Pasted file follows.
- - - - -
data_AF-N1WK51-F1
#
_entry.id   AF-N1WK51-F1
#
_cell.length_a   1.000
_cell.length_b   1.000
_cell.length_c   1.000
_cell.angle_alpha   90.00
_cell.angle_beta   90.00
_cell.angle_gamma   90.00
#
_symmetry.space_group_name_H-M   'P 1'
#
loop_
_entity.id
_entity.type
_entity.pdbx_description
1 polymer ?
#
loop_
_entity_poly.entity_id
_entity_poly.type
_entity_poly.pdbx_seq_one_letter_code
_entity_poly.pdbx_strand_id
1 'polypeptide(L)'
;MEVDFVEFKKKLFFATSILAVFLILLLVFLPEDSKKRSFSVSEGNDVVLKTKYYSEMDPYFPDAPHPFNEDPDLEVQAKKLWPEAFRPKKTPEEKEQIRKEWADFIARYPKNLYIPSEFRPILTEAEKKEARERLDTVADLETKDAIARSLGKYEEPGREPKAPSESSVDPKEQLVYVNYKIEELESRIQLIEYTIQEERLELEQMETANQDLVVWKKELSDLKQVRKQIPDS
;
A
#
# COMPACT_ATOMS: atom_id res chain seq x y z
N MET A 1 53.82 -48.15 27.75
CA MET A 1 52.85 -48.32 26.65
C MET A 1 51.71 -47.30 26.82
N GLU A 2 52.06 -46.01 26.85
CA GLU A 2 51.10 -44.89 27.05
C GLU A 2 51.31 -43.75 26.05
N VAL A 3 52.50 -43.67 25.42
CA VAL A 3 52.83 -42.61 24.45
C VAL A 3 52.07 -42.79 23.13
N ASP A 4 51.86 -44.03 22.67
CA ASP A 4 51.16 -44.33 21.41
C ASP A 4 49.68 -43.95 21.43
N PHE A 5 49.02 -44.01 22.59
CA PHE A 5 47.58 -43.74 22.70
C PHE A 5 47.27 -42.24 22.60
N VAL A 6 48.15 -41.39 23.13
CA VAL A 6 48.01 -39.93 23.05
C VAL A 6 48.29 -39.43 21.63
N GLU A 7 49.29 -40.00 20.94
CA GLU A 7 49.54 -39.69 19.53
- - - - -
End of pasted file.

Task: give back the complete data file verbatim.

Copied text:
data_AF-N1WK51-F1
#
_entry.id   AF-N1WK51-F1
#
_cell.length_a   1.000
_cell.length_b   1.000
_cell.length_c   1.000
_cell.angle_alpha   90.00
_cell.angle_beta   90.00
_cell.angle_gamma   90.00
#
_symmetry.space_group_name_H-M   'P 1'
#
loop_
_entity.id
_entity.type
_entity.pdbx_description
1 polymer ?
#
loop_
_entity_poly.entity_id
_entity_poly.type
_entity_poly.pdbx_seq_one_letter_code
_entity_poly.pdbx_strand_id
1 'polypeptide(L)'
;MEVDFVEFKKKLFFATSILAVFLILLLVFLPEDSKKRSFSVSEGNDVVLKTKYYSEMDPYFPDAPHPFNEDPDLEVQAKKLWPEAFRPKKTPEEKEQIRKEWADFIARYPKNLYIPSEFRPILTEAEKKEARERLDTVADLETKDAIARSLGKYEEPGREPKAPSESSVDPKEQLVYVNYKIEELESRIQLIEYTIQEERLELEQMETANQDLVVWKKELSDLKQVRKQIPDS
;
A
#
# COMPACT_ATOMS: atom_id res chain seq x y z
N MET A 1 53.82 -48.15 27.75
CA MET A 1 52.85 -48.32 26.65
C MET A 1 51.71 -47.30 26.82
N GLU A 2 52.06 -46.01 26.85
CA GLU A 2 51.10 -44.89 27.05
C GLU A 2 51.31 -43.75 26.05
N VAL A 3 52.50 -43.67 25.42
CA VAL A 3 52.83 -42.61 24.45
C VAL A 3 52.07 -42.79 23.13
N ASP A 4 51.86 -44.03 22.67
CA ASP A 4 51.16 -44.33 21.41
C ASP A 4 49.68 -43.95 21.43
N PHE A 5 49.02 -44.01 22.59
CA PHE A 5 47.58 -43.74 22.70
C PHE A 5 47.27 -42.24 22.60
N VAL A 6 48.15 -41.39 23.13
CA VAL A 6 48.01 -39.93 23.05
C VAL A 6 48.29 -39.43 21.63
N GLU A 7 49.29 -40.00 20.94
CA GLU A 7 49.54 -39.69 19.53